While the dollar chains have not yet delved deeply into foodservice and meal replacement, “I would expect to see some prepackaged meals at some point,” says Blischok. The first salvos are found at DGX stores—Dollar General’s new small-format c-store concept, with three locations opened in 2017 (in Nashville; Raleigh, N.C.; and Philadelphia). DGX caters to urban shoppers and offers grab-and-go salads and sandwiches, a coffee station and soda fountain.

Firing another shot across the bow, dollar chains began carrying tobacco products in 2012. “Tobacco sales in the dollar channel are growing very strongly,” says Don Burke, senior vice president for Management Science Associates (MSA), Pittsburgh. Cigarette unit sales were up by 11%, moist sales were up by 37%, cigarillos up by 20% and little filtered cigars up by 46% , Burke says, according to MSA data for second-quarter 2017 vs. the same time frame the previous year.

But in context of the total market, the effect on c-stores has been minimal: The net change in tobacco  sales at a convenience store that has a Dollar General within a 1-mile radius has been only about a 1% loss.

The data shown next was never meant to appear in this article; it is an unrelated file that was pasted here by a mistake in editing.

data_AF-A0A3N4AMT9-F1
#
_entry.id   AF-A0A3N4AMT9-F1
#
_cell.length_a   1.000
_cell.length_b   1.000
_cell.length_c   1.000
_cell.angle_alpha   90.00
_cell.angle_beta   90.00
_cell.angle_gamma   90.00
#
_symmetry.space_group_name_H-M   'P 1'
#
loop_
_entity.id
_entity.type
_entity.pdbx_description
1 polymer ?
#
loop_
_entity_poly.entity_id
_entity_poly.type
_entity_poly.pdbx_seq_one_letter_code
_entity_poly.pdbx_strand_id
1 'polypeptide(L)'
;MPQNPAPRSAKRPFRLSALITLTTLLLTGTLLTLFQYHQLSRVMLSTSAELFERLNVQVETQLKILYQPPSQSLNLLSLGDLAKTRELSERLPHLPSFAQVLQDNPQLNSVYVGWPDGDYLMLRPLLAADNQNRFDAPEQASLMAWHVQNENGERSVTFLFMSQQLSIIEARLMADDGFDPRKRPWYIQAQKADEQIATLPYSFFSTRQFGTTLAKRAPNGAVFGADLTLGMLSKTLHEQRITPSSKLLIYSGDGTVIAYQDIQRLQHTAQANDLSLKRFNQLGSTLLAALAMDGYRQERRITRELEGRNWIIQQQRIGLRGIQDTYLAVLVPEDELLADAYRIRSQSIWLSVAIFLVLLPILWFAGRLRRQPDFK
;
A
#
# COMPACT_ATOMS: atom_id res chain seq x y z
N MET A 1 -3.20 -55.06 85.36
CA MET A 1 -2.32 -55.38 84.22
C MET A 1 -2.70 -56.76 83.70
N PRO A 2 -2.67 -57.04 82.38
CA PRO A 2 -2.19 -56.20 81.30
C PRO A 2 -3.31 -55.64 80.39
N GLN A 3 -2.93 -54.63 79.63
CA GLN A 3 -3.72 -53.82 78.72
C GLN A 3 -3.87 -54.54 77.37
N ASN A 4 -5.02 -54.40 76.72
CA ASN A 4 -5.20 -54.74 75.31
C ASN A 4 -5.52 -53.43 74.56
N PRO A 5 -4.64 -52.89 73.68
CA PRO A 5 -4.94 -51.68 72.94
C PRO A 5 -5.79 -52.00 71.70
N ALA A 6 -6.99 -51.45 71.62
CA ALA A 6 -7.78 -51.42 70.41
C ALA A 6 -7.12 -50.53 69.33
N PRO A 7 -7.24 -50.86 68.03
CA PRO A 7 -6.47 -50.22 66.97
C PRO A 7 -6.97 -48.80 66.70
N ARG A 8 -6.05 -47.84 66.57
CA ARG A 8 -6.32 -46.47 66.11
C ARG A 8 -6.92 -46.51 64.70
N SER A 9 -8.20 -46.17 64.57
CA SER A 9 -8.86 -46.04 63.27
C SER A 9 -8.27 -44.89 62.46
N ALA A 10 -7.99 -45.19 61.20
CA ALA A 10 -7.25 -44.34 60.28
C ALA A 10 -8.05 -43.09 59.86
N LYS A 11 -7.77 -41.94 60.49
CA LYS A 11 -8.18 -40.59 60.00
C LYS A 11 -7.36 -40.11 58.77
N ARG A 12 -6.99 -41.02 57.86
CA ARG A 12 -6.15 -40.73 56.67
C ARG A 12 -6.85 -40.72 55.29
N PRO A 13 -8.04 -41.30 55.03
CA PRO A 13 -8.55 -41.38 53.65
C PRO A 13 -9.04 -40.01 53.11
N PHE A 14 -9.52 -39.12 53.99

The dollar channel accounts for 7% of all retail stores in the United States, yet only 2% of the tobacco sales; c-stores represent 49% of total U.S. stores and 70% of total tobacco sales, according to data managed by MSA.

“It will be difficult for dollar stores to take significant tobacco sales from the convenience channel,” Burke says. “The tobacco product line in a c-store is consistent and extensive. It will be difficult for the dollar channel to carry a similar amount of tobacco items without a redesign to the store.”

Front Line: Online

The dollar chains are also beefing up their digital footprint, selling c-store staples such as chips, packaged beverages and sweets that can often be shipped to homes (such as Dollar General’s auto-deliver subscription discount on some items and free shipping on orders of $40 or more) or to the store for free pickup (a Dollar Tree perk). Online/mobile shoppers can also download a Family Dollar or Dollar General app, sign up for digital coupons and join a loyalty club (via Dollar Tree).

Yet retail experts don’t expect ample e-commerce sales from the dollar channel. “Dollar stores are putting their marketing messaging and some products and coupons online, but they’re in the early stages of e-commerce,” says Blischok.